Cross Country Weekly Training Schedule
Cross Country Week 7 – Tuesday, July 11th – High School Run
The first week of cross country season is usually the most difficult one. You have to run with a group of other runners all over again, and it’s very easy to get discouraged when things don’t go well. However, if you stick with it through these tough weeks, you will eventually see your goal come true!
Week 7 – Tuesday, July 11th – High School Run
You are going to do some long runs (at least 8 miles) starting at around 9am. These runs should include a few hills, but not too many. I would recommend doing them after lunch time so you won’t feel tired later on during the day.
For your long runs, I suggest getting out of town early on Wednesday. If you are staying in the same city where you ran last year, then that is probably fine. But if you’re moving cities or even towns, then try to stay away from busy streets and highways.
Try to avoid driving during rush hour. There are times when traffic is really bad on those roads, so running along side of it might not be such a good idea either!
Try to run on trails that day. I don’t really recommend running on dirt roads unless there is literally no other choice. Actually, you should probably avoid roads altogether.
Unless you are an experienced road runner, try to stay away from them. Dirt and dust can easily get in your eyes and mouth, which can cause temporary blindness and coughing fits. These problems can be especially dangerous while running fast and far from traffic.
Cross country training weeks are going to be the most fun for you during this period of time. Even if you don’t exactly love running, you will be able to survive the following months because you will be running less and also looking forward to reaching your goal in the next few weeks. I’m sure you’ve heard many people say that one of the hardest parts of running is the running itself.
If you focus on the future benefits, then training won’t seem so bad at all!
Cross Country Training Week 8 – Tuesday, July 18th – High School Run
This week you should only need to go out for 1 hour and 15 minutes. Continue doing the same warm-up and stretches as last week. Also, keep your heart rate at around 90% of your maximum the entire time.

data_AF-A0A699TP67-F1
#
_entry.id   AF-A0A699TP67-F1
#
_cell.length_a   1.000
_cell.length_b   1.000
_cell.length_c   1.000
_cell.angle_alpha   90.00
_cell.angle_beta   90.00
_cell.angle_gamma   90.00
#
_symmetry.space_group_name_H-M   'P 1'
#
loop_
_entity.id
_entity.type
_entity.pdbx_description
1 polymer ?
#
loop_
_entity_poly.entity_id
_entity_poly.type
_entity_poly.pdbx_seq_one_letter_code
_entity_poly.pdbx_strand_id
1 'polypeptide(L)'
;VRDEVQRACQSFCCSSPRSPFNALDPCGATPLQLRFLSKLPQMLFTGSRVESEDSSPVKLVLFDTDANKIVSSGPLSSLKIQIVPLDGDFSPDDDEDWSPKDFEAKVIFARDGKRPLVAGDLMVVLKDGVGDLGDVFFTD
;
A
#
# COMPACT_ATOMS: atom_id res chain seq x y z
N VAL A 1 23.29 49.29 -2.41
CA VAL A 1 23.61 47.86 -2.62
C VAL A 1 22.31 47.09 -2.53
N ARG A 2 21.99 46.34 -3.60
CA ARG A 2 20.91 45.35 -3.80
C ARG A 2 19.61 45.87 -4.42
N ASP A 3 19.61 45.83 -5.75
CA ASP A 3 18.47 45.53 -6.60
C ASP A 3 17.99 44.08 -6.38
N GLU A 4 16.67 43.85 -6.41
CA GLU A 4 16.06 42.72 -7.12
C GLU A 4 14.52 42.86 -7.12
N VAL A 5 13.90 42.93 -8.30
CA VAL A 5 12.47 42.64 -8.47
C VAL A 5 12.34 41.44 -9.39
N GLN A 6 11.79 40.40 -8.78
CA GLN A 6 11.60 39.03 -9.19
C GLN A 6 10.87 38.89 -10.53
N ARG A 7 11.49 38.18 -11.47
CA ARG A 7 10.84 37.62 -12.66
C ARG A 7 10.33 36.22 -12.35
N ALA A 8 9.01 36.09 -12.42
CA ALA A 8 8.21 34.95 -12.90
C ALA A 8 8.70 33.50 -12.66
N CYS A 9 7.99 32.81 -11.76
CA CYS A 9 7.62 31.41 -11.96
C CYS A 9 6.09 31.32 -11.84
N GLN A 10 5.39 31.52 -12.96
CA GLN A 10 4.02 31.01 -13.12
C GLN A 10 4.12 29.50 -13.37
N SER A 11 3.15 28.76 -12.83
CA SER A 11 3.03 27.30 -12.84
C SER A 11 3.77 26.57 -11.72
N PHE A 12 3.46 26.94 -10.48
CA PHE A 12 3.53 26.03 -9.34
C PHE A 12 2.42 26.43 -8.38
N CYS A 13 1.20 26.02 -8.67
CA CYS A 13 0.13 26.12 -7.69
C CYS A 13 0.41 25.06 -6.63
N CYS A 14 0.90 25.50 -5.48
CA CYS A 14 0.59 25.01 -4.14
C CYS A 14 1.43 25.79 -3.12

Your breathing shouldn’t be too hard, but you should still be panting a little. If you are really struggling with this, slow down a little bit. This shouldn’t be an all-out sprint, but rather a steady pace that you can keep up for at least an hour and a half.
For your long run this week, I want you to go out for 2 hours and a half. Again I want you to start out slow and then end with a faster pace. When you are running for longer periods of time, it’s important to gradually warm up your body.
I would start out jogging for the first 15 minutes or so. Then continue with a slow and steady pace for the next 45 minutes. And last but not least, finish up with a half-hour of continuous running at a faster speed. This will help your body get used to running longer distances without completely destroying your legs.
You can either run on the same trails as last week, or you can try something a little more adventurous. If you decide to go out in an unfamiliar place, I want you to make sure that you bring at least 2 or 3 quarts of water with you. If you are going by yourself, I also recommend that you bring your cell phone in case of an emergency.
Although I’m sure you’ll be fine, just as long as you start running earlier than later if you’re running alone.
Remember, I want you to warm up and cool down properly. Don’t just stop running completely because you think the run is over. Continue to walk for 5 minutes, and then slowly start jogging again.
When you feel like you’re ready to start running at a faster pace, go ahead and do so. This is called a “cool down” and it’s just as important as the warm up!
Sources & references used in this article:
Early phase changes by concurrent endurance and strength training by CP Balabinis, CH Psarakis, M Moukas… – … and Conditioning …, 2003 – luzimarteixeira.com.br
Low back pain among endurance athletes with and without specific back loading—a cross-sectional survey of cross-country skiers, rowers, orienteerers, and … by R Bahr, SO Andersen, S Løken, B Fossan, T Hansen… – Spine, 2004 – cdn.journals.lww.com
Effects of resistance training on running economy and cross-country performance by KR Barnes, WG Hopkins, MR Mcguigan, ME Northuis… – 2013 – openrepository.aut.ac.nz
Effect of continuous slow-speed running for 12 weeks on 10-14-year-old Indian boys. by S Chatterjee, A Bandyopadhyay – British journal of sports medicine, 1993 – bjsm.bmj.com
High volume of endurance training impairs adaptations to 12 weeks of strength training in well-trained endurance athletes by BR Rønnestad, EA Hansen, T Raastad – European journal of applied …, 2012 – Springer
Training characteristics during pregnancy and postpartum in the world’s most successful cross country skier by GS Solli, Ø Sandbakk – Frontiers in physiology, 2018 – frontiersin.org
… hyperresponsiveness to methacholine, adenosine 5-monophosphate, mannitol, eucapnic voluntary hyperpnoea and field exercise challenge in elite cross-country … by M Sue-Chu, JD Brannan, SD Anderson… – British journal of sports …, 2010 – bjsm.bmj.com
Case study: Nutrition and training periodization in three elite marathon runners by T Stellingwerff – … journal of sport nutrition and exercise …, 2012 – journals.humankinetics.com
The effect of strength training on performance in endurance athletes by K Beattie, IC Kenny, M Lyons, BP Carson – Sports Medicine, 2014 – Springer